The same procedures were implemented for the mystery dataset, the lowest average error rate was obtained when we used the combined features with 8 species and 15 orders. The error rates were 30.4, 32.1 and 28.6% for RF, SVM and LDA respectively. Compared to the results of the main dataset, the higher error rate was obtained using the mystery dataset, even though with less cities included. The possible reasons could be the limited sample size and the poorer sequencing depth for the whole mystery dataset. As seen in Fig. 2b, the cities with a high sequencing depth including Rio de Janeiro and Oslo showed the lower error rates (13.89 and 8.33% respectively) among all the cities. For the other cities, the high variability of error rates was also observed with median error rate 47.22%. The evidence from Fig. 2 that cities with high sequencing depth had consistent lower error rates indicated the necessary of deep sequencing for successfully predicting the provenance of samples.
Additionally, to test the consistency of the performance, 20% of the samples from each city in the main dataset were randomly selected as the test set, the remaining samples were used to do the leave-one-out CV and predict the labels of the test samples using the feature set with the lowest error rate. The CV error rates of leave-one-out for the three methods were 13.33, 13.75 and 13.75% respectively, and the test error rates were 11.67, 10 and 15%, which were close to our previous CV results.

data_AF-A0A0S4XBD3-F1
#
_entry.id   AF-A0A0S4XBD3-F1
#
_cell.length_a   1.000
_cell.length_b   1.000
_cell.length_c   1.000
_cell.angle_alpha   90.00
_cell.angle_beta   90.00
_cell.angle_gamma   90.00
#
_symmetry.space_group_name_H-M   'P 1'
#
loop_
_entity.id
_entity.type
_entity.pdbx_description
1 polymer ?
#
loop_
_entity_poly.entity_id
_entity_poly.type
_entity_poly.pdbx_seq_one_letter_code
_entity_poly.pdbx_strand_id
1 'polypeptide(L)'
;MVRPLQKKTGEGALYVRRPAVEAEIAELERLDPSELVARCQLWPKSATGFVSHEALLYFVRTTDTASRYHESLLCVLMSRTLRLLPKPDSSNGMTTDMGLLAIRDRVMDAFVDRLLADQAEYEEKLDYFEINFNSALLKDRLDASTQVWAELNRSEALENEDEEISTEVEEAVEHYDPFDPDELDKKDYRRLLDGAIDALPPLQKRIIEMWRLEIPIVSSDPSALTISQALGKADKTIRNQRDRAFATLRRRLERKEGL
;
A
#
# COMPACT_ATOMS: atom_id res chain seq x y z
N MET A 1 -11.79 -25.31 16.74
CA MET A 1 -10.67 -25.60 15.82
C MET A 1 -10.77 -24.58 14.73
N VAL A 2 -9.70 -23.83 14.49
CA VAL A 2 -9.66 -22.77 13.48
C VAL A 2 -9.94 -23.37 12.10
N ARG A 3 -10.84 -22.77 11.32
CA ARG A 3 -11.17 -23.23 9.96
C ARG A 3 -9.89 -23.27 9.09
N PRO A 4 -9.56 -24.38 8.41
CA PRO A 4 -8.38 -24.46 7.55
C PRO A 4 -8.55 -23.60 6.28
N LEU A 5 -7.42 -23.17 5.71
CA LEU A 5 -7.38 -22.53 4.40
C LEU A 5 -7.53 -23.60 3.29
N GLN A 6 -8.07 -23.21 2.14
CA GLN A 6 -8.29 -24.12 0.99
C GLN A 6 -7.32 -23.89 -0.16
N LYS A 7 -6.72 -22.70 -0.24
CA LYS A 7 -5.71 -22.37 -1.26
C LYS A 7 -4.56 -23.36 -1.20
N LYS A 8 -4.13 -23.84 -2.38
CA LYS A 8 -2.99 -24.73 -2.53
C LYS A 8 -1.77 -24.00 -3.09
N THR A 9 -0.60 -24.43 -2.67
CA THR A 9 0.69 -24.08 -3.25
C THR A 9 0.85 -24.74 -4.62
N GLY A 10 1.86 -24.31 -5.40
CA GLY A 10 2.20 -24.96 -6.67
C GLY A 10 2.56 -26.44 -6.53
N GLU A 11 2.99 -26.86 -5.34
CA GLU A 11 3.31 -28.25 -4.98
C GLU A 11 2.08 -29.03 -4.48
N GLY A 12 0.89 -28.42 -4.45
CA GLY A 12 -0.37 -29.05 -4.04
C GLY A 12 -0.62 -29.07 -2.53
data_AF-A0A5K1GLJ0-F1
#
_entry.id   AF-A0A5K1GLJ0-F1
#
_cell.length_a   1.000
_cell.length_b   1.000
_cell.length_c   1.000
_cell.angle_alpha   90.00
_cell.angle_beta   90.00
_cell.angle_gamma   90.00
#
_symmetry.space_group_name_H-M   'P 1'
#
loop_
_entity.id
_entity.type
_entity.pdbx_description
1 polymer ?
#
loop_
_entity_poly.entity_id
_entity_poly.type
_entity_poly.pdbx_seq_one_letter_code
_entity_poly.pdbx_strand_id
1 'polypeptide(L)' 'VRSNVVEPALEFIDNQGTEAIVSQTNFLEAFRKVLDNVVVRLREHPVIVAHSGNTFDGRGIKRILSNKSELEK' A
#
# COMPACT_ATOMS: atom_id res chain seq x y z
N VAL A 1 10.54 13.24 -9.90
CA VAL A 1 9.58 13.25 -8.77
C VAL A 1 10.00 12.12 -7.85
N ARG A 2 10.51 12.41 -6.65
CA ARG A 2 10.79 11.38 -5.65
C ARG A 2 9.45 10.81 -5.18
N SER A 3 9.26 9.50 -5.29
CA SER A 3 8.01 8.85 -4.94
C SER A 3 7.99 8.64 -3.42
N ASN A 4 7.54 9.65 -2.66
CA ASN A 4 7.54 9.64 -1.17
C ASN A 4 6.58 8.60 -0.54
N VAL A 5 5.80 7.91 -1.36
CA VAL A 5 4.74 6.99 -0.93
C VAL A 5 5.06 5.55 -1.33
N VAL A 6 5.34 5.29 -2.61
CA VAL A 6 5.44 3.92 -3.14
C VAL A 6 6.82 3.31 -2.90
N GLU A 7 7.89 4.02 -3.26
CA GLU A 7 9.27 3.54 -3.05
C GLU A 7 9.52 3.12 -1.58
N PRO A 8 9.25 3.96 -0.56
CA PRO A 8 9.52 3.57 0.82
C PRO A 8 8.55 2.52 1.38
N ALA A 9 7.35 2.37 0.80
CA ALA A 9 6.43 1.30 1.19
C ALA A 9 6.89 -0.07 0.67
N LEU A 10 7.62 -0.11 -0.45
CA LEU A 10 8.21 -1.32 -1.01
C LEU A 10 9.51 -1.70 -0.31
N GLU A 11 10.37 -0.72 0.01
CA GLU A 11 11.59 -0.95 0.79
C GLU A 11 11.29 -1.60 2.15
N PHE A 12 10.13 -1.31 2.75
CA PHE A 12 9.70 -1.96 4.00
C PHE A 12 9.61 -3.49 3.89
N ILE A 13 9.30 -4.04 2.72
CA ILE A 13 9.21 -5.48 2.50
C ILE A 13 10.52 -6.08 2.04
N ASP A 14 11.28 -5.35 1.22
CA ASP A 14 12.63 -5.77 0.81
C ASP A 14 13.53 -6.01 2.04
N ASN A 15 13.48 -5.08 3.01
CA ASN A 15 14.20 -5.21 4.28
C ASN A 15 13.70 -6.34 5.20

In addition to the analyses based on the main and mystery datasets respectively, we have used the models built based on the main dataset and part of the mystery dataset to predict the remaining samples from the mystery dataset. Knowing that the main dataset and the mystery dataset had no cities in common, using the main dataset only to correctly predict the samples from the mystery dataset was impossible due to a lack of information about the mystery dataset. Therefore, 50% of the samples of each city from the mystery dataset were randomly sampled and added to the main dataset to serve as part of the training dataset, the remaining mystery samples were used as the test samples. In the training dataset, the samples from the mystery dataset were given a new label “mystery”. The feature set used for the classifications were the common “family” (5 families) and “order” (6 orders), as there were no common “species” between the main and mystery dataset. Random samplings along with the three different methods were conducted for 1000 times independently. The test samples were correctly predicted as the “mystery” with the average error rates of 10.48%, 9,21 and 10.36% for RF, SVM and LDA respectively, indicating that the mystery samples could be effectively identified from the samples of main dataset. In other words, although with the limited information about the mystery samples, we could still make the inference if the mystery samples belong to the cities we have in our training model.